Alexa Ura, Texas Tribune

Crystal Mason
Leslie Boorhem-Stephenson for The Texas Tribune

FORT WORTH — When Crystal Mason got out of federal prison, she said, she “got out running.”

By Nov. 8, 2016, when she’d been out for months but was still on supervised release, she was working full-time at Santander Bank in downtown Dallas and enrolled in night classes at Ogle Beauty School, trying, she said, to show her children that a “bump in the road doesn’t determine your future.”

Gov. Greg Abbott surrounded by lawmakers and press
Jesus Rosales for The Texas Tribune

Days after a white gunman murdered 22 people in El Paso in a shooting fueled by racism, Gov. Greg Abbott on Wednesday said that he will hold another series of roundtable discussions to consider legislative proposals to address the tragedy.

Vote signs outside early voting locations in Austin on Feb. 23, 2014.
Callie Richmond for The Texas Tribune

Just as they do every year, hundreds of county officials from all over Texas are packing a hotel ballroom in Austin this week for three days of all things elections.

Eddie Seal for The Texas Tribune

The gap between Texas’ Hispanic and white populations continued to narrow last year when the state gained almost nine Hispanic residents for every additional white resident.

Texas Attorney General Ken Paxton
Julia Reihs / KUT

When former Secretary of State David Whitley launched a review of the Texas voter rolls for supposed noncitizens, his office marked almost 100,000 voters for two reviews — one by county officials to question their voter eligibility and another by the Texas attorney general's office for possible criminal prosecution.

Bob Daemmrich for The Texas Tribune

Three months after first questioning the citizenship status of almost 100,000 registered voters, the Texas secretary of state has agreed to end a review of the voter rolls for supposed noncitizens that was flawed from the start.

Miguel Gutierrez / Texas Tribune

The U.S. House’s main investigative committee has opened an inquiry into the Texas secretary of state’s review of the voter rolls for supposed noncitizens.

Marjorie Kamys Cotera for The Texas Tribune

After being rebuked by Gov. Greg Abbott for the state’s botched review of the voter rolls, the director of the Texas Department of Public Safety took “full responsibility” Tuesday for providing data to the secretary of state’s office that included thousands of individuals whose citizenship should never have been in question.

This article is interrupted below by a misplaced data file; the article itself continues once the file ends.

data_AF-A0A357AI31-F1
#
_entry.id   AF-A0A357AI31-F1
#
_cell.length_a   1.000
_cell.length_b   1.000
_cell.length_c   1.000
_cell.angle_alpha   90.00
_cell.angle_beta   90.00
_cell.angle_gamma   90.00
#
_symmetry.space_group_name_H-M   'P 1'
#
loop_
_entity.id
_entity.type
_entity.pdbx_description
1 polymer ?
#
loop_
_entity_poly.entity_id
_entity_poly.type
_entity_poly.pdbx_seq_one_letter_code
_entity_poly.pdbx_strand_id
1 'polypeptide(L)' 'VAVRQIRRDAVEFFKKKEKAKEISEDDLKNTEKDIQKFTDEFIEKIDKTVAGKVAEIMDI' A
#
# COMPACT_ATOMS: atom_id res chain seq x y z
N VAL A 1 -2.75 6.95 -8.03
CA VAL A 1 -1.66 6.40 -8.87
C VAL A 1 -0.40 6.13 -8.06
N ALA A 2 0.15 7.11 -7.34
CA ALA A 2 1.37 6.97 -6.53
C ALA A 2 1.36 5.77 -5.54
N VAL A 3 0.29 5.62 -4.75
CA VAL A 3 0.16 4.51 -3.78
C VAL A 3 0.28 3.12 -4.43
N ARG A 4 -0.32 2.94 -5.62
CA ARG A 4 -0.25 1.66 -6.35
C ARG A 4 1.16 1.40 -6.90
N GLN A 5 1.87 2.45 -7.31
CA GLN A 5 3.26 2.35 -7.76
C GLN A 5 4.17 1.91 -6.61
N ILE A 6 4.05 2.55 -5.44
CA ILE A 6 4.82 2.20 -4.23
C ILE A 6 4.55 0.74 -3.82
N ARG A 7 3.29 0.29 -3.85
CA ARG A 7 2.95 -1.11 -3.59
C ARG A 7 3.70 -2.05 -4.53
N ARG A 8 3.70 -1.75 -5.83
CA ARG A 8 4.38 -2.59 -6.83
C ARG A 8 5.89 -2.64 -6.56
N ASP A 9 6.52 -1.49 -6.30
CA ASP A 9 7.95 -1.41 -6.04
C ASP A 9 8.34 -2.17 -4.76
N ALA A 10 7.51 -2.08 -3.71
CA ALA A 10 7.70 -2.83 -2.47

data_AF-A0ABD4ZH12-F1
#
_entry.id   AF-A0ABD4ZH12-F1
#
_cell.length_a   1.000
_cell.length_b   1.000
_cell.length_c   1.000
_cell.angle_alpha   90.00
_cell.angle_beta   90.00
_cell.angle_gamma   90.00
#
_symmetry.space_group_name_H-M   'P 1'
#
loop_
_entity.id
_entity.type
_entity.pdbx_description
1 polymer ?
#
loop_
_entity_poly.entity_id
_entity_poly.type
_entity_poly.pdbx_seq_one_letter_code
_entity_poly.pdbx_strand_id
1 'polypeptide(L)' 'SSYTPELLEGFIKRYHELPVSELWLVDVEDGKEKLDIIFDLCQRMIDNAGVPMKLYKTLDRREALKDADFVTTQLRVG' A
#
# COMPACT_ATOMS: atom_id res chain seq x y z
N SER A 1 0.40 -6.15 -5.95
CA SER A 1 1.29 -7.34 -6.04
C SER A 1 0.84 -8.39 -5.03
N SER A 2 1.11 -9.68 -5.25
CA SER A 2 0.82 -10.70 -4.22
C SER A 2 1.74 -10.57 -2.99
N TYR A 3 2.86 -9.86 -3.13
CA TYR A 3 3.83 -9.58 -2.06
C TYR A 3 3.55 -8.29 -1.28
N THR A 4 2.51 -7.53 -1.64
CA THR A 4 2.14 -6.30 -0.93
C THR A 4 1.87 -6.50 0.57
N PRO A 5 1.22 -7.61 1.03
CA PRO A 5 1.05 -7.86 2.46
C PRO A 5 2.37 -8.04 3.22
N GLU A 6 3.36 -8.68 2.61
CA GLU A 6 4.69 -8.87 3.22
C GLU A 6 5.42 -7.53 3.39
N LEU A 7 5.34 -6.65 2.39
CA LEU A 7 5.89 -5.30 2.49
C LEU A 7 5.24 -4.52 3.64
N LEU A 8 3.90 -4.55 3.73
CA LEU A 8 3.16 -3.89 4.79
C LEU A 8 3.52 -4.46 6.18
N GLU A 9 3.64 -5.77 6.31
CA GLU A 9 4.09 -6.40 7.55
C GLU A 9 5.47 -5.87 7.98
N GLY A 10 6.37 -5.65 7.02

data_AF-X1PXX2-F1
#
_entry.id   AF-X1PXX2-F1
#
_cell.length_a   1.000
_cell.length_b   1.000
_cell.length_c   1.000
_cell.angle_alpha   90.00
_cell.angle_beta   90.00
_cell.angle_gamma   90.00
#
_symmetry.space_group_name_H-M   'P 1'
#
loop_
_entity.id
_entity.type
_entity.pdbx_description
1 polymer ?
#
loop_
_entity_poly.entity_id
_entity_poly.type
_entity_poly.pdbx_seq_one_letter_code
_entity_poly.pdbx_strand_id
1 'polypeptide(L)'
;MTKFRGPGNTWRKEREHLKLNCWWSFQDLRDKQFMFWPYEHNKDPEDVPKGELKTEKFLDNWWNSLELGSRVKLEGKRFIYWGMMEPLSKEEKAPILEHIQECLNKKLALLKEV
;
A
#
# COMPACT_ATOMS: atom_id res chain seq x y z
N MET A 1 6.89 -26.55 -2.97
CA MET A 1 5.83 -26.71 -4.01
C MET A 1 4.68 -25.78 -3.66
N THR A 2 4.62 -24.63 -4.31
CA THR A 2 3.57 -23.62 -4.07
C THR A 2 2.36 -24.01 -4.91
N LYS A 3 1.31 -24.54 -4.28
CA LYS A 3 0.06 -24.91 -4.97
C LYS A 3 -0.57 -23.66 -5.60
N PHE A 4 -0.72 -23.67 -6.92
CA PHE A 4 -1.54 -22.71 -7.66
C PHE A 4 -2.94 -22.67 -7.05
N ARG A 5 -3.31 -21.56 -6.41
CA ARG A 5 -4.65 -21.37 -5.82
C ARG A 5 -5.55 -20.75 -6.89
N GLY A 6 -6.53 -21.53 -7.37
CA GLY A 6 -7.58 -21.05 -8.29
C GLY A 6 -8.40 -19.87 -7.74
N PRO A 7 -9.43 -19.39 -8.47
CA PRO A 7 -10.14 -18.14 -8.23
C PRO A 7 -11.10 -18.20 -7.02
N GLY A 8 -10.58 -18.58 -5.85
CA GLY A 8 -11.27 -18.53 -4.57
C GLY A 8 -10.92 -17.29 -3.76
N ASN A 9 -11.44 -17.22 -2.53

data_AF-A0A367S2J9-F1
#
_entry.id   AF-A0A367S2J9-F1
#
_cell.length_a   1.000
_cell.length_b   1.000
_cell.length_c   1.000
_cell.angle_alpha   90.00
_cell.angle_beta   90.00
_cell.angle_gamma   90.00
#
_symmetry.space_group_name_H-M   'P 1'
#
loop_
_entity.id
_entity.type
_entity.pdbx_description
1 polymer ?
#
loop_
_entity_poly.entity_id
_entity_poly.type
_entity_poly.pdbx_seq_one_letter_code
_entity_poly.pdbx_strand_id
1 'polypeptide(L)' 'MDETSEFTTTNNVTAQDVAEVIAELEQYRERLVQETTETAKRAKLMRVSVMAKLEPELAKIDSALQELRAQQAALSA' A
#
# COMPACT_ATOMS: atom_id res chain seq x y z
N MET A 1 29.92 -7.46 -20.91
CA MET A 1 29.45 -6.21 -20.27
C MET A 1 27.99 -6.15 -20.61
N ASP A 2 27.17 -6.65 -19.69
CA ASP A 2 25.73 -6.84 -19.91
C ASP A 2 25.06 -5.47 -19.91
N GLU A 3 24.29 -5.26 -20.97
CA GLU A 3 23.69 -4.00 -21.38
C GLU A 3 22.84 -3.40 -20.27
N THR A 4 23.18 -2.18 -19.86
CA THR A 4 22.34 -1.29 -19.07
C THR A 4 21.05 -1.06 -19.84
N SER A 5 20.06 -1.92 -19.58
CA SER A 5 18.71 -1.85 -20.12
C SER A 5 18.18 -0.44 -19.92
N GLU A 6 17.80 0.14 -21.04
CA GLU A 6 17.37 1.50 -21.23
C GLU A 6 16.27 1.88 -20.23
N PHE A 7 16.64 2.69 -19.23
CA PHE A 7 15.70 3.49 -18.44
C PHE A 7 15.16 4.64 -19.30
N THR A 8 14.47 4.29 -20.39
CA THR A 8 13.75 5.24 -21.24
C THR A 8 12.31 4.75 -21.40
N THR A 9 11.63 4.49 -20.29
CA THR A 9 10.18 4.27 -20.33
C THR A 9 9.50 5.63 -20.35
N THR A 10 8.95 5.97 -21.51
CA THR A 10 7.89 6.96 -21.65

Miguel Gutierrez Jr. / The Texas Tribune

All 12 Democrats in the Texas Senate have publicly confirmed they are opposed to confirming embattled Secretary of State David Whitley, giving them more than enough votes to block his nomination if they’re all in the chamber when the vote comes up.

Miguel Gutierrez Jr. / The Texas Tribune

For the second time, the Senate Nominations Committee met this week to approve the governor’s appointees — and for the second time, the Republican-dominated committee did not call a vote on David Whitley, the governor’s embattled pick for Texas secretary of state.

Texas Secretary of State David Whitley at a state Senate Committee on Nominations hearing on Feb. 7, 2019.
Miguel Gutierrez Jr. / The Texas Tribune

Facing an uncertain path to confirmation after ordering a deeply flawed voter citizenship review that seemingly focused on naturalized citizens, Texas Secretary of State David Whitley is now apologizing to state lawmakers for the way his office rolled out the review — but he is still holding firm behind the overall effort.

Bill Clark/Pool

Texas Attorney General Ken Paxton assured lawmakers on Friday that his office hadn’t launched criminal investigations into nearly 100,000 voters flagged by the secretary of state’s office for citizenship review.

Bob Daemmrich for The Texas Tribune

Texas Attorney General Ken Paxton told lawmakers Friday that his office has yet to take action on a deeply flawed list of nearly 100,000 Texas voters flagged last month for citizenship review.

Paxton wrote a letter to the Senate Nominations Committee the day after a hearing in which David Whitley, the governor’s nominee to be the state’s top election official, conceded that he was aware of potential problems with the list before he referred it to the state’s top prosecutors.

Michael Stravato for The Texas Tribune

The state of Texas' announcement that it was flagging tens of thousands of registered voters for citizenship checks was met with dismay among civil rights attorneys and voting rights advocates, who warned it echoed efforts around the country to remove eligible voters from the rolls.

Austin Price for The Texas Tribune

Amid continued scrutiny over how lawmakers handle reports of sexual misconduct by their colleagues, members of the House on Wednesday are expected to consider a proposal to strengthen the way the chamber addresses complaints of sexual harassment.

Bob Daemmrich for The Texas Tribune

After facing sexual harassment allegations, state Sen. Charles Schwertner has told the Senate's leader he no longer wants his post as chair of the powerful health and human services committee.